Cameron eyes Oz
* James Wigney
* From: Sunday Herald Sun
* January 17, 2010 12:01AM
Avatar director James Cameron's next gig will be working as executive producer on the film 'Sanctum' which is to be shot on the Gold Coast.
OSCAR-winning director James Cameron is heading to Australia to oversee his next film project after the record-breaking Avatar.
As his critically lauded sci-fi epic is set to sail past $70 million at the Australian box office, having smashed his decade-old high-water mark of $56.8 million set by Titanic, Cameron lavished praise on Australian talent.
The Canadian-born director's next project is a $30 million psychological thriller called Sanctum, which is being filmed at the Warner-Roadshow Studios on the Gold Coast using the same revolutionary 3D cameras that made Avatar.
Attracted to the country by favourable government rebates, Cameron is serving as executive producer, with Australian Alister Grierson directing.
"I am actually coming down to the set in a couple of weeks and I am going to stay there through the underwater shoot," Cameron said.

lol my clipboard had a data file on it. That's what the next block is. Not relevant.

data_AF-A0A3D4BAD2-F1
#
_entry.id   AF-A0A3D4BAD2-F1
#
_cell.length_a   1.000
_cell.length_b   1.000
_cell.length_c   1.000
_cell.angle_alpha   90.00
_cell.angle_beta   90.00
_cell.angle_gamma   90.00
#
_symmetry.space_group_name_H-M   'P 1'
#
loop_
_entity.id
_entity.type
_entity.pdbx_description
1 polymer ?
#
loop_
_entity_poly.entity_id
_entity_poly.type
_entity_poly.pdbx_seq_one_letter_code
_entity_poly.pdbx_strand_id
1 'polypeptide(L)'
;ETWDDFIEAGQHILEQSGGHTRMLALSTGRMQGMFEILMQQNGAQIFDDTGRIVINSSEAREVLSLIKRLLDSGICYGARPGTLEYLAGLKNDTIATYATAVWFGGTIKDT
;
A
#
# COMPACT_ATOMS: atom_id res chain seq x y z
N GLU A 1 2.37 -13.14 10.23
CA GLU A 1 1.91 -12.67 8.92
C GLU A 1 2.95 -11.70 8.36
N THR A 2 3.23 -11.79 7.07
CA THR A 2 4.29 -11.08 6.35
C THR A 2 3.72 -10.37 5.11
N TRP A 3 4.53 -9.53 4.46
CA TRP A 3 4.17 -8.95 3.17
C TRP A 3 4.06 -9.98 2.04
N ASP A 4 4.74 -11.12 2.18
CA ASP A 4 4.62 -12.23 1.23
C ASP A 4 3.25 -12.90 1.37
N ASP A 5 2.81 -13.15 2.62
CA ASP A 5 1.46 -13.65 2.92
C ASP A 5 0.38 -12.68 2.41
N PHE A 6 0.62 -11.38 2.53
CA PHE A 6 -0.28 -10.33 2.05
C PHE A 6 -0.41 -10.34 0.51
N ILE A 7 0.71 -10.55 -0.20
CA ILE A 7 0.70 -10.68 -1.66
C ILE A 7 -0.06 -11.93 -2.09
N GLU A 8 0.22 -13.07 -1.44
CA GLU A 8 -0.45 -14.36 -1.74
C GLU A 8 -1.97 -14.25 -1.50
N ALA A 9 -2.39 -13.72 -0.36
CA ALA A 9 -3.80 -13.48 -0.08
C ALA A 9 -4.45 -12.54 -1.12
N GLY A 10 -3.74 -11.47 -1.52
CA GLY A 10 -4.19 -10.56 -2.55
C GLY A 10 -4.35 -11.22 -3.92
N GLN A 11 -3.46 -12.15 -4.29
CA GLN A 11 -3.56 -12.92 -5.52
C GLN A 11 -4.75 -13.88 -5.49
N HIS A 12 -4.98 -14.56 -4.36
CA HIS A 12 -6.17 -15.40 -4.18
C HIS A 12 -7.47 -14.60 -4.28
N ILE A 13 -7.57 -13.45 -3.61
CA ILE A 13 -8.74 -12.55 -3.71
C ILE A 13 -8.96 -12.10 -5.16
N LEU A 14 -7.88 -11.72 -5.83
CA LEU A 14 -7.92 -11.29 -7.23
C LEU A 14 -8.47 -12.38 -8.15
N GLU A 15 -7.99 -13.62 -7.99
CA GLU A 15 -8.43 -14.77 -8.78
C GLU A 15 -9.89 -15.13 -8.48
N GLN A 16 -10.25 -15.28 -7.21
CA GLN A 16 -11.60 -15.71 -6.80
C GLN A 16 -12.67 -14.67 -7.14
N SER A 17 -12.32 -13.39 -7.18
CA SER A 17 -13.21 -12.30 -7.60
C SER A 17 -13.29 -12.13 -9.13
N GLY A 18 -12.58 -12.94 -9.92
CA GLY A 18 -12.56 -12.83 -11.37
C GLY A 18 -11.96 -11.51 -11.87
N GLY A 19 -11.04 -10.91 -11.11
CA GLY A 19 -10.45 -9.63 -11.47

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"They are doing great. Alister Grierson is a really talented director - his first film was Kokoda.
"I would be proud if that was my third film."
Sanctum tells of an expedition in an underwater cave that goes horribly wrong and is based on the experiences of Andrew Wight, the Australian who co-produced Cameron's aquatic documentaries.
Cameron said much of the success of Avatar could be laid at the feet of Australian star Sam Worthington.
"I think we chose well with Sam and I think his performance is the rock at the centre of the film," Cameron said. He said Worthington, who is signed for two Avatar sequels, had a combination of rugged charm and vulnerability that could make him one of the world's biggest stars.
"You put those two things together and it's an irresistible combination and that's why I think he is going to go all the way to the top of the whole stardom game if he chooses to do that," Cameron said.
Cameron poured cold water on internet rumours he would take over the Spider-Man franchise now that director Sam Raimi has walked away from Spider-Man 4.
"There was a time when Spider-Man was my favourite comic book hero and the film hadn't been made so it seemed like a great opportunity to me," he said. "But now it's been done - and maybe they can reinvent it, maybe they can't."